But much of the everyday was utterly wretched. Here is a man with a stout hat and a cigarette pulling something from his bicycle cart. The something is an elongated, emaciated child’s corpse—every rib is visible—being delivered to a morgue. The next shot shows a small coffin stuffed with children’s corpses awaiting cremation (this taken on Christmas Eve, 1947); several well-bundled children and their mothers stare at it.9 Rag-covered lumps line a street; they are homeless people. An ancient, wrinkled woman, her head covered with a black scarf, sits beside the tracks of a train station in Pukou; bent from the waist, she sweeps the platform with a straw brush. A cleaner? Not quite: she is searching, Birns’s caption tells us, for a few “grains of rice or bits of coal.” Another photo shows a dismal, thatch-covered shantytown on the banks of the Huangpu River; it looks about to topple. And then, a sneeze: in the midst of this slum a woman in a long, quilted black coat stands before a sparkling, immaculately white shirt that hangs proudly from her clothesline, a hint of a smile on her face.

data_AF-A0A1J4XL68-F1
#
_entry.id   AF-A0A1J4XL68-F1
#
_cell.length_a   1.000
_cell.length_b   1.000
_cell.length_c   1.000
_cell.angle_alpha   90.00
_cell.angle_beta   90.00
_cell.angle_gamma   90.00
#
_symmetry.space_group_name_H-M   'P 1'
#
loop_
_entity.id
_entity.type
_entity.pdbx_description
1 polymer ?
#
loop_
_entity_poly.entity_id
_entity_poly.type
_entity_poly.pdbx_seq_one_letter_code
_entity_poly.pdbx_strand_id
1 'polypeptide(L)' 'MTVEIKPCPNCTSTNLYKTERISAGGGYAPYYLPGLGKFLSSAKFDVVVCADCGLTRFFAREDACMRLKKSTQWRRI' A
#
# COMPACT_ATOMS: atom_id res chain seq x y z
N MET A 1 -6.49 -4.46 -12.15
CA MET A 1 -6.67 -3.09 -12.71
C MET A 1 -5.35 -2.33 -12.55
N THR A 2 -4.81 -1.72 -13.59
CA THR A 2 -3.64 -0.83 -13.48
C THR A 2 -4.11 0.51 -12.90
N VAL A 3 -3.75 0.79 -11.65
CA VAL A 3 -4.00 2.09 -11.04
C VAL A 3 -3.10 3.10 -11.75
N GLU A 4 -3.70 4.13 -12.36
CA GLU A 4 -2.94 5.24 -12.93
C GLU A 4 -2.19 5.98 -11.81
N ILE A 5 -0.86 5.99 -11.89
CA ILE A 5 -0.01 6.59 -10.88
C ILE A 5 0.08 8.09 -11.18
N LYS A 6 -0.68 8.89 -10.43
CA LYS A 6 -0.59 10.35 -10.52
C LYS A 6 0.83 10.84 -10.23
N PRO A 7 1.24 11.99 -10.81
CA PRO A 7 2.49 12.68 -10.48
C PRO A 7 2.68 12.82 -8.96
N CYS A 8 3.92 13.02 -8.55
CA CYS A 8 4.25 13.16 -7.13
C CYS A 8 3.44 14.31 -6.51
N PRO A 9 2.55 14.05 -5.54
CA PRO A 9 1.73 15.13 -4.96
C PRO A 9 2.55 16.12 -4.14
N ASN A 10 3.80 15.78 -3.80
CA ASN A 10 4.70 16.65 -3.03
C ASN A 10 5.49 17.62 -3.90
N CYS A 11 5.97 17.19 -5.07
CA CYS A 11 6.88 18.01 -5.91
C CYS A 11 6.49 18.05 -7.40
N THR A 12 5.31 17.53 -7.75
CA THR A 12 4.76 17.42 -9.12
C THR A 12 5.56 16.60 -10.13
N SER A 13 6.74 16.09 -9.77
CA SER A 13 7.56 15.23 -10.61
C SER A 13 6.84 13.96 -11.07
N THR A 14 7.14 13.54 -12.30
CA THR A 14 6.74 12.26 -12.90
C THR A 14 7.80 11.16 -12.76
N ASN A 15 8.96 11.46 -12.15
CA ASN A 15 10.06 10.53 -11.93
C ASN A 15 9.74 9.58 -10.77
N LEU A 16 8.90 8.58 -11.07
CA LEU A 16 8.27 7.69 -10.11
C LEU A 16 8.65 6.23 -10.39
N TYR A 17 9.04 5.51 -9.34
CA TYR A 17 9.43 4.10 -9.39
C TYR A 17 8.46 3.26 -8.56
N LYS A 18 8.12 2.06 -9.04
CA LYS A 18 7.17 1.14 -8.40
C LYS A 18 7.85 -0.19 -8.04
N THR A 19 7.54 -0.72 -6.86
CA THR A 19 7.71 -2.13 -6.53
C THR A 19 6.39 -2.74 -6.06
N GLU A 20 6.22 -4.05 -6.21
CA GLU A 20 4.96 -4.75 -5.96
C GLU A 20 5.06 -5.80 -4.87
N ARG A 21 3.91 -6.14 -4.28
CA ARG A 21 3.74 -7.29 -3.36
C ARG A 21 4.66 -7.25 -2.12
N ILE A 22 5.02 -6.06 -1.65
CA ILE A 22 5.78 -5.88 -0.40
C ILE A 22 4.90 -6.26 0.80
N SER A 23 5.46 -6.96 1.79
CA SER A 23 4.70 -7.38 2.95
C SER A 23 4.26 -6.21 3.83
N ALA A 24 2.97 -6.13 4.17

Birns’s book ends with a family in flight from Shanghai one month before the city fell to the Communists. A mother and her three children sit aboard a wheelbarrow. Their possessions, including rolls of bedding, a cord of firewood, a basket, and an upside-down chair, tumble in all directions. The cart is pushed by a man—hired hand or father—whose face we cannot see. But we do see the pretty, frowning young mother with her hair in a bun; she clutches a pile of blankets, a worried expression on her face. (A sister, she must be, of Dorothea Lange’s iconic migrant Madonna.) And we see her children—two girls and a boy—who have turned around to face the camera, and who would have been called adorable in another time and place. Their clothes are torn, but there is nothing abject about them; they look alert and wary—do they understand what’s happening?—yet not quite afraid. The oldest girl, in pigtails and a ragged white dress, gazes intently at us; she seems to be about six. These three would be ready—too ready?—for the Cultural Revolution when it came.